Structural unemployment is caused by a mismatch between jobs offered by employers and potential workers. This may pertain to geographical location, skills, and many other factors.
If such a mismatch exists, frictional unemployment is likely to be more significant as well. Seasonal unemployment occurs when an occupation is not in demand at certain seasons.
Cyclical or Keynesian unemployment, also known as demand deficient unemployment, occurs when there is not enough aggregate demand in the economy. This is caused by a business cycle recession, and wages not falling to meet the equilibrium rate.
Though there have been several definitions of voluntary and involuntary unemployment in the economics literature, a simple distinction is often applied. Voluntary unemployment is attributed to the individual's decisions, whereas involuntary unemployment exists because of the socio-economic environment (including the market structure, government intervention, and the level of aggregate demand) in which individuals operate. In these terms, much or most of frictional unemployment is voluntary, since it reflects individual search behavior. On the other hand, cyclical unemployment, structural unemployment, and classical unemployment, are largely involuntary in nature. However, the existence of structural unemployment may reflect choices made by the unemployed in the past, while classical unemployment may result from the legislative and economic choices made by labor unions and/or political parties. So in practice, the distinction between voluntary and involuntary unemployment is hard to draw. The clearest cases of involuntary unemployment are those where there are fewer job vacancies than unemployed workers even when wages are allowed to adjust, so that even if all vacancies were to be filled, there would be unemployed workers. This is the case of cyclical unemployment, for which macroeconomic forces lead to microeconomic unemployment. See also: unemployment types
Some argue that one of the main causes of unemployment in a free market economy is that the law of supply and demand is not really applied to the price to be paid for employing people. In situations of falling demand for products and services the wages of all employees, from president to errand boy, are not automatically reduced by the required percentage to make the business viable. Others say that it is the market that determines the wages based on the desirability of the job. The more people qualified and interested in the job, the lower the wages for that job become. Based on this view, the profitability of the company is not a factor in determining whether or not the work is profitable to the employee. People are laid off, because pay reductions would reduce the number of people willing to work a job. With fewer people interested in a particular job, the employees bargaining power would actually rise to stabilize the situation, but their employer would be unable to fulfill their wage expectations. In the classical framework, such unemployment is due to the existing legal framework, along with interferences with the market by non-market institutions such as labor unions and government.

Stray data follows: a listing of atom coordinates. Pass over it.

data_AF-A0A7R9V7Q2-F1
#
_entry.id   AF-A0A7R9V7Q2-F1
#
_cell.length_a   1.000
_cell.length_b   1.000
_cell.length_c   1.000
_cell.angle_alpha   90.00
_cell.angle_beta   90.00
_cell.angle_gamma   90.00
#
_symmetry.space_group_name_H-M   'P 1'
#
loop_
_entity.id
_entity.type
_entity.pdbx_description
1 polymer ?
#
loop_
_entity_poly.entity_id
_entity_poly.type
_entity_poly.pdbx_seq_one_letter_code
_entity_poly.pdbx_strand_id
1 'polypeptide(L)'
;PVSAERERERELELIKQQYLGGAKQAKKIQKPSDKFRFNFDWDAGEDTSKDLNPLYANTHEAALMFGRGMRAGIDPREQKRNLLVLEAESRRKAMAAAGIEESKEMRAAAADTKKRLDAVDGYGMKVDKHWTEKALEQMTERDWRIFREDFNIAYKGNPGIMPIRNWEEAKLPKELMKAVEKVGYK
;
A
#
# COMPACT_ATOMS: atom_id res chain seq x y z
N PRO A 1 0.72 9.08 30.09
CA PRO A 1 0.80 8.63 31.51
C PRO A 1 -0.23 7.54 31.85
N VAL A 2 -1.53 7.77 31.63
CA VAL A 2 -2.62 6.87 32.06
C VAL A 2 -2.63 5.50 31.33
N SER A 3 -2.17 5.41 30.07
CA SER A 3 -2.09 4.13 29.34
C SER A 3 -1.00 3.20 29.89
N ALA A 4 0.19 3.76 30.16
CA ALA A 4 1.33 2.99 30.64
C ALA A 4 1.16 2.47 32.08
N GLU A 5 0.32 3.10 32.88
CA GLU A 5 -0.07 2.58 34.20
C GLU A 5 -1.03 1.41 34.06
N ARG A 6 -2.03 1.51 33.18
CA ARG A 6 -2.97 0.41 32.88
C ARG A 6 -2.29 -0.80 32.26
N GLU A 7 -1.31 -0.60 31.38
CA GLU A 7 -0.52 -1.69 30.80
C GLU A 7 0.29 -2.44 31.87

In developing countries unemployment is often caused by burdensome government regulation. The World Bank's Doing Business project shows how excessive labor regulation increases unemployment among women and youths in Africa, the Middle East and Latin America.
Open unemployment is generally associated with capitalist economies. In this view, unemployment is not an aberration of capitalism, indicating any sort of systemic malfunction. Rather, unemployment is a necessary structural feature of capitalism, intended to discipline the workforce. If unemployment is too low, workers make wage demands that either cuts into profits to an extent that jeopardize future investment, or are passed on to consumers, thus generating inflationary instability. David Schweickart suggests, "Capitalism cannot be a full-employment economy, except in the very short term. For unemployment is the "invisible hand" -- carrying a stick -- that keeps the workforce in line.".
Classical economists dispute this, arguing that when there is too high a supply of labour, providing unions and Government have no prevented wage changes, the wage rate should fall, returning the economy to its long run efficient position at full employment.
Unemployment increases the more the government intervenes into the economy to try to improve the rights of those with jobs. For example, minimum wages raise the cost of labour to above the market equilibrium, resulting in people who wish to work at the going rate but cannot as the wages are higher than their worth to business; unemployment. Laws restricting layoffs make businesses less likely to hire in the first place leaving many young people unemployed and unable to find work.